Altogether, the data presented here show that in human cell extracts Pol eta, but not Pol zeta, plays a major role in the bypass of AAF adducts located within the two sequence contexts analyzed. In S. cerevisiae, this lesion is bypassed in a two-polymerase mechanism, Pol eta being involved at the insertion step whereas Pol zeta is required at the extension step [15], [16]. Differences in the biochemical properties of the human as compared to the yeast Pol eta may account for this divergence. Indeed, although both enzymes are efficient in incorporating a C opposite the G-AAF adduct, only the human Pol eta can continue the chain elongation [34], [35].

These results show that distinct pathways coexist in human cells to bypass the AAF adduct. One of these pathways involves Pol eta, which is required for all –1 frameshift mutagenesis events at the 3G sequence, and for a significant proportion of both TLS0 and TLS-2 frameshift mutagenesis at the NarI sequence. In addition, at least another, yet uncharacterized pathway (X-dependent) is responsible for some part of the TLS0 at the 3G sequence and for a sizable fraction of both TLS0 and TLS-2 at the NarI site. Deciphering this(ese) alternative pathway(s), which also exist in extracts from primary or transformed XPV fibroblasts (data not shown), may be of major importance in order to get a better understanding of mutagenesis in human cells.

Evidence for a Rad18, Ub-PCNA-independent TLS pathway

Using cell-free extracts, we have previously established that PCNA is mono-ubiquitinated in a Rad18-dependent manner during a primer extension reaction when the replication complex encounters a pausing site on a single-stranded DNA template [32]. Furthermore, TLS through an AAF adduct located on the first G of the 3G sequence was found to be dependent upon Rad18 [36]. Similarly, we show here that in Rad18 knock-out cell extracts, the efficiency of TLS-1, which exclusively depends on Pol eta activity is drastically reduced as compared to that of wild-type cell extracts (Fig. 3). Surprisingly, when we used the pUC.Nar3AAF substrate in the same assay, the depletion of Rad18 resulted in a decrease in TLS0 without affecting TLS-2 (Fig. 3), indicating that Rad18 by itself or Ub-PCNA (or both) are not absolutely required for the production of TLS-2 at the NarI site, thus uncovering a Rad18-independent frameshift mutagenesis pathway in mammalian cells. It has to be noted that upon incubation with pUCNar3.AAF, the HCT116 cell extract shows a slightly higher TLS-2 efficiency than BL2 (Fig. 1) and MRC5 (Fig. 2) cell extracts. These data suggest that distinct cell types may express different amounts of factors involved in each specific pathway.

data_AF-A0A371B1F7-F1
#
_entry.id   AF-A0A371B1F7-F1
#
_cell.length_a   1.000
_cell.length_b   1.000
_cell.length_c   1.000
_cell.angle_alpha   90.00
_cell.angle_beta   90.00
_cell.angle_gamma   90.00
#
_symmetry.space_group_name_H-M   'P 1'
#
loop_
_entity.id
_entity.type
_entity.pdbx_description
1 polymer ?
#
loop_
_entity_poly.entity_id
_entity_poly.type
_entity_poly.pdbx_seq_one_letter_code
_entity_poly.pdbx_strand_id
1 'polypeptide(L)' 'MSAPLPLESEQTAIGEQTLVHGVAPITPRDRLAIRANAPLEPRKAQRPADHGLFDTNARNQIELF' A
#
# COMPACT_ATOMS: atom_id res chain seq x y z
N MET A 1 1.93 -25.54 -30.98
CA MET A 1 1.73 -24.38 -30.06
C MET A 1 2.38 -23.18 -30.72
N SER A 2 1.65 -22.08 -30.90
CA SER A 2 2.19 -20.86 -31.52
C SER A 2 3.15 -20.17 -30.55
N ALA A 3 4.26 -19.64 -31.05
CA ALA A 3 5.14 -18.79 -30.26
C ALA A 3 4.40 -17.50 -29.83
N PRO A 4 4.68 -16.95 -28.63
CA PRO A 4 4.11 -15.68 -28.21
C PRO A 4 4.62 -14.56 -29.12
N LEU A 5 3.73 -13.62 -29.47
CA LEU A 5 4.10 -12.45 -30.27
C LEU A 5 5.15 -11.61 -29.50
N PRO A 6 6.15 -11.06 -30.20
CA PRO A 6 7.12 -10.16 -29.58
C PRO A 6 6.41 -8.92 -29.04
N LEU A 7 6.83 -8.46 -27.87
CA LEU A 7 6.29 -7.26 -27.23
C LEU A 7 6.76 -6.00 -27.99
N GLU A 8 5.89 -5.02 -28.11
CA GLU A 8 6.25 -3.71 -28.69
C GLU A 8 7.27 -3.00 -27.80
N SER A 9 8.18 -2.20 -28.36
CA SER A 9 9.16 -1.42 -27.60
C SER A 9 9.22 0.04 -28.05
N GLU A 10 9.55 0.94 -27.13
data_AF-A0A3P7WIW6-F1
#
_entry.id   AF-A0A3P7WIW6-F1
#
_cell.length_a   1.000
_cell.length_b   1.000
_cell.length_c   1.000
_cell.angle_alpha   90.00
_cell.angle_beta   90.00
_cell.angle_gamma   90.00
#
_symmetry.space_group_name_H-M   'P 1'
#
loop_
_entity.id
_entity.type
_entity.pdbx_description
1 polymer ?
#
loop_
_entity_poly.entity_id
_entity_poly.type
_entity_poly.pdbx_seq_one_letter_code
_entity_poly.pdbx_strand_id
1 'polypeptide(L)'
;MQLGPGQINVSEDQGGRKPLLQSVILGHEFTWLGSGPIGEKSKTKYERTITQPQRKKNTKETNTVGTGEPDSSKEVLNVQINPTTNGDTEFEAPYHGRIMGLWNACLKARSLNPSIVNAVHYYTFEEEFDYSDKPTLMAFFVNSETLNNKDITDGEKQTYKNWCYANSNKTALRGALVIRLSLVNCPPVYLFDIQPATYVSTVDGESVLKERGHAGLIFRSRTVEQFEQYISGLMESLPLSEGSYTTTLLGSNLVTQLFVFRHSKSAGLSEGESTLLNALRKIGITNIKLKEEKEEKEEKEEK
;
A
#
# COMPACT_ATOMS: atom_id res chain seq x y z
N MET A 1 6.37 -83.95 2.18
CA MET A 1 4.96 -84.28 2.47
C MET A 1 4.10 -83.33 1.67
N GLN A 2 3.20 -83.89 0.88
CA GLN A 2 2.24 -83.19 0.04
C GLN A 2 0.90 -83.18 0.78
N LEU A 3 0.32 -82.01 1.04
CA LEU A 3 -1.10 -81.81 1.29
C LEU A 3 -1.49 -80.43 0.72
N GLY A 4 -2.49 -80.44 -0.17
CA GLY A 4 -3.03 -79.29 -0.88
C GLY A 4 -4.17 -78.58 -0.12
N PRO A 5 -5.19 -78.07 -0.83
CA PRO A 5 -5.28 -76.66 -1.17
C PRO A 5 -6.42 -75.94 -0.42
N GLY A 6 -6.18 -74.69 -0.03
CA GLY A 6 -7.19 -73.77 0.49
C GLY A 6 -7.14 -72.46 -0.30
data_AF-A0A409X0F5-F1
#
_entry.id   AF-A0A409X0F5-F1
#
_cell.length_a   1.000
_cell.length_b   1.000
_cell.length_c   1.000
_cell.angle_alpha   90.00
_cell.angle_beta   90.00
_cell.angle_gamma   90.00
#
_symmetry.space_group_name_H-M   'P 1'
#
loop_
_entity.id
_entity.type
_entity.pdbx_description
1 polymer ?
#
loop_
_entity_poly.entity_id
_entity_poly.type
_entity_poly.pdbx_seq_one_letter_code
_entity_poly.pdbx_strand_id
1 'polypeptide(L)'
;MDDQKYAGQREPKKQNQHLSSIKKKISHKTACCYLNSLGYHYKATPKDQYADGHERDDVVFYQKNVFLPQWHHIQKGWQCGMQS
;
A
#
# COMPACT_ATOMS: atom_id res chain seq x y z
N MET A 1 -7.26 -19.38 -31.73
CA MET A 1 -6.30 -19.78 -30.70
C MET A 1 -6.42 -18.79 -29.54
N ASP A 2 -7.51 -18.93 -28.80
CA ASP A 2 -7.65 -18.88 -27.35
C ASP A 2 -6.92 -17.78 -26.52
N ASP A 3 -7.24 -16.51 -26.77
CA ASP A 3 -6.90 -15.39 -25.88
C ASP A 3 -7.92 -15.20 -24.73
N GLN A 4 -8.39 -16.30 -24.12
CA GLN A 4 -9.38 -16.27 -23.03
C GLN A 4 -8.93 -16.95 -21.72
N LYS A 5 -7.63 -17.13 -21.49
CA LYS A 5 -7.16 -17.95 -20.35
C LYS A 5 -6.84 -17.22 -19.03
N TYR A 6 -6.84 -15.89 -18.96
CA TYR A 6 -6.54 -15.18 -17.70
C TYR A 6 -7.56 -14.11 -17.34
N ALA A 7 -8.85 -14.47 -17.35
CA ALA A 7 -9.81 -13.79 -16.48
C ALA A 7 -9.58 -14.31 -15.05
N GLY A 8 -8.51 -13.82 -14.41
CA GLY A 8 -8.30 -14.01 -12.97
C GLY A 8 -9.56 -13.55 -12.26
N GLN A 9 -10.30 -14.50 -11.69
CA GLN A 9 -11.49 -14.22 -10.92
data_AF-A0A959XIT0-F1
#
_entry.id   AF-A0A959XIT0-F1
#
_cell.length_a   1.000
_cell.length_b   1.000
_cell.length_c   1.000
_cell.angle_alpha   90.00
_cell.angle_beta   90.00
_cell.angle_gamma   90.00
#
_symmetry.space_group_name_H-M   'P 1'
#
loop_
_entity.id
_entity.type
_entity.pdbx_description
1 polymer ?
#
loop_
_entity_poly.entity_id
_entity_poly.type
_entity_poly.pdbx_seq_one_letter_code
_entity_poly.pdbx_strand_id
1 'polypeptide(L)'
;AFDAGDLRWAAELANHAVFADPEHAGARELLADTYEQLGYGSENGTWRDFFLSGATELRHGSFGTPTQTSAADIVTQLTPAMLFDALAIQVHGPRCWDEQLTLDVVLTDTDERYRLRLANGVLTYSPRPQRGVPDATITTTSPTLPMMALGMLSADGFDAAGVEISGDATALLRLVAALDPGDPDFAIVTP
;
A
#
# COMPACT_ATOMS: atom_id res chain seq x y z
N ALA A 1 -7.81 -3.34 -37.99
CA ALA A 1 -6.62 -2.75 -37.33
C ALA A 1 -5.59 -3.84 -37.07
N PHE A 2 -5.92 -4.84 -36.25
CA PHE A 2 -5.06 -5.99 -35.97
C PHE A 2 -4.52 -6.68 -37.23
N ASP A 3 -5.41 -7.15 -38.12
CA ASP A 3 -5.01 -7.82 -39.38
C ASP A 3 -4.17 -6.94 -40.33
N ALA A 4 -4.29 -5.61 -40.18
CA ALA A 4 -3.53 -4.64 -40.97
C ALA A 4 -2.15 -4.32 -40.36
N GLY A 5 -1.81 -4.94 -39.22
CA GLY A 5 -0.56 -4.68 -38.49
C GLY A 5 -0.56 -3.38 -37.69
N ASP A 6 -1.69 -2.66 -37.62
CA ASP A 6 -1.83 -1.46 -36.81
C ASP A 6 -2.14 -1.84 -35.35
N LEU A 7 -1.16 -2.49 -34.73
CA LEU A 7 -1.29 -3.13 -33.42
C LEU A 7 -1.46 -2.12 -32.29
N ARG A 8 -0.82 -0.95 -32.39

Whether Rad18 contributes to TLS in cell-free extracts by interacting with Pol eta or by triggering PCNA ubiquitination remains uncertain. In order to examine more directly the role of Ub-PCNA in the bypass of the AAF adduct, we performed the elongation reactions in a cell extract, first depleted for PCNA and then complemented with either wild-type or K164R mutated PCNA. We exploited the very strong and specific interaction between PCNA and a peptide derived from p21 [28] to deplete PCNA nearly to completion in MRC5 cell-free extracts (Fig. 4A). As expected, endogenous PCNA and purified wild-type PCNA, but not K164R PCNA, were monoubiquitinated during the primer extension reaction (Fig. 4A). Both wild-type and K164R purified PCNA were able to restore efficient primer extension on an unmodified substrate, indicating that essential proteins have not been co-depleted together with PCNA (Fig. 4B). Both wild-type and K164R PCNA were equally able to rescue the bypass of the CPD lesion (Fig. 4B), demonstrating unambiguously that the ubiquitylation-defective PCNA mutant is a functionally proficient sliding clamp able to promote TLS through this UV-induced lesion, consistent with another in vitro study [37]. This result is in agreement with a model in which Pol eta can be recruited at the site of the damage in the absence of Ub-PCNA in human fibroblasts [38]. We have previously shown [36] that the PCNA interacting peptide (PIP) motif of Pol eta is required for efficient bypass of CPD in this system. Hence, interaction of Pol eta with PCNA, and possibly with other proteins, is sufficient to stabilize the TLS polymerase during CPD bypass. Recently TLS across a TT CPD has been shown to occur in mouse embryo fibroblasts expressing PCNA K164R [39], albeit at reduced extent than in cells expressing wild type PCNA. Furthermore, Pol eta provides a critical advantage for UV survival and replication blocks recovery in mouse embryo fibroblasts expressing PCNA K164R [39], [40]. Collectively, these in vivo data show that Pol eta activation may occur independently of Ub-PCNA.